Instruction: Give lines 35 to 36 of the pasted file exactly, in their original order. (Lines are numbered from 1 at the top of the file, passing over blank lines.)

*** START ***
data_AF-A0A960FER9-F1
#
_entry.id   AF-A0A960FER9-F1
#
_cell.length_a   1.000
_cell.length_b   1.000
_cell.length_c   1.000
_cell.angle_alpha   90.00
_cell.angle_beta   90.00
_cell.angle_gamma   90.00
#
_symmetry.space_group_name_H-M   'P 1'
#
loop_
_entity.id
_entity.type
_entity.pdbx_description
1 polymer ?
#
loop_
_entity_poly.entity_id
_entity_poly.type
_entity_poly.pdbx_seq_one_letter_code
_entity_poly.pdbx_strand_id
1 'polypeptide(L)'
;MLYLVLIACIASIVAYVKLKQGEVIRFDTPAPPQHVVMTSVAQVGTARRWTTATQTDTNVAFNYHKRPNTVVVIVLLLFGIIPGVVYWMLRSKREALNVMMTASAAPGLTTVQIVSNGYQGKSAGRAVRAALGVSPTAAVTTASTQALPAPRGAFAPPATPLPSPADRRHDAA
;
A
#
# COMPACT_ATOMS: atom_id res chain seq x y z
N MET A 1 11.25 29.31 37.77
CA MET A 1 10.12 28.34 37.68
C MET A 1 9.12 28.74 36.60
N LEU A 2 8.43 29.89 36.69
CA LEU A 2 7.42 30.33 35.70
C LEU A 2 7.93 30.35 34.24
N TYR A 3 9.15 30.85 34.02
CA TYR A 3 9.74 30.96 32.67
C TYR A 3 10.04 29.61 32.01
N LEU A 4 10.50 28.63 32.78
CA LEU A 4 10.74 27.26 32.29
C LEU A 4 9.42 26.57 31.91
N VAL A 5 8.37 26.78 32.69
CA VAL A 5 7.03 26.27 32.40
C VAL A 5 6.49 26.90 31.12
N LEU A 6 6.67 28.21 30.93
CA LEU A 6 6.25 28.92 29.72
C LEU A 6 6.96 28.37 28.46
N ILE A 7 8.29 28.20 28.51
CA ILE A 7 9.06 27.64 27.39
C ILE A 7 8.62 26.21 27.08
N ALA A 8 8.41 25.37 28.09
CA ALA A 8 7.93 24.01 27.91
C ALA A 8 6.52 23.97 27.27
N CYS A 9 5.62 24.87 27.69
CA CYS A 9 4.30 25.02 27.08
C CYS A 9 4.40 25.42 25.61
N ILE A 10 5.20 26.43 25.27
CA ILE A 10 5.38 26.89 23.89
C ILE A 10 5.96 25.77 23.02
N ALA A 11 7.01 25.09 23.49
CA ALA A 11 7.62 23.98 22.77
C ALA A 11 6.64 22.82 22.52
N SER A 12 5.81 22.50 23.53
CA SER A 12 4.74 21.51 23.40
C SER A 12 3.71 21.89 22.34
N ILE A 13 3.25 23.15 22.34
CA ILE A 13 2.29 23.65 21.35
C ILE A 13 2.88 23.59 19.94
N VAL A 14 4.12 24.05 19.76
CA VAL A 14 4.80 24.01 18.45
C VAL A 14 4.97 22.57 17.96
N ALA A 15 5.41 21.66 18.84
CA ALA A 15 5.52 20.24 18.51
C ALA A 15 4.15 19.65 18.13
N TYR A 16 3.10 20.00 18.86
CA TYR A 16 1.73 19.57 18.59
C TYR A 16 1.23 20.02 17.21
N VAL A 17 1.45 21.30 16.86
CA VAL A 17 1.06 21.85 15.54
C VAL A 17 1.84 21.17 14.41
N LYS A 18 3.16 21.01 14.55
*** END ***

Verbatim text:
CA LEU A 2 7.42 30.33 35.70
C LEU A 2 7.93 30.35 34.24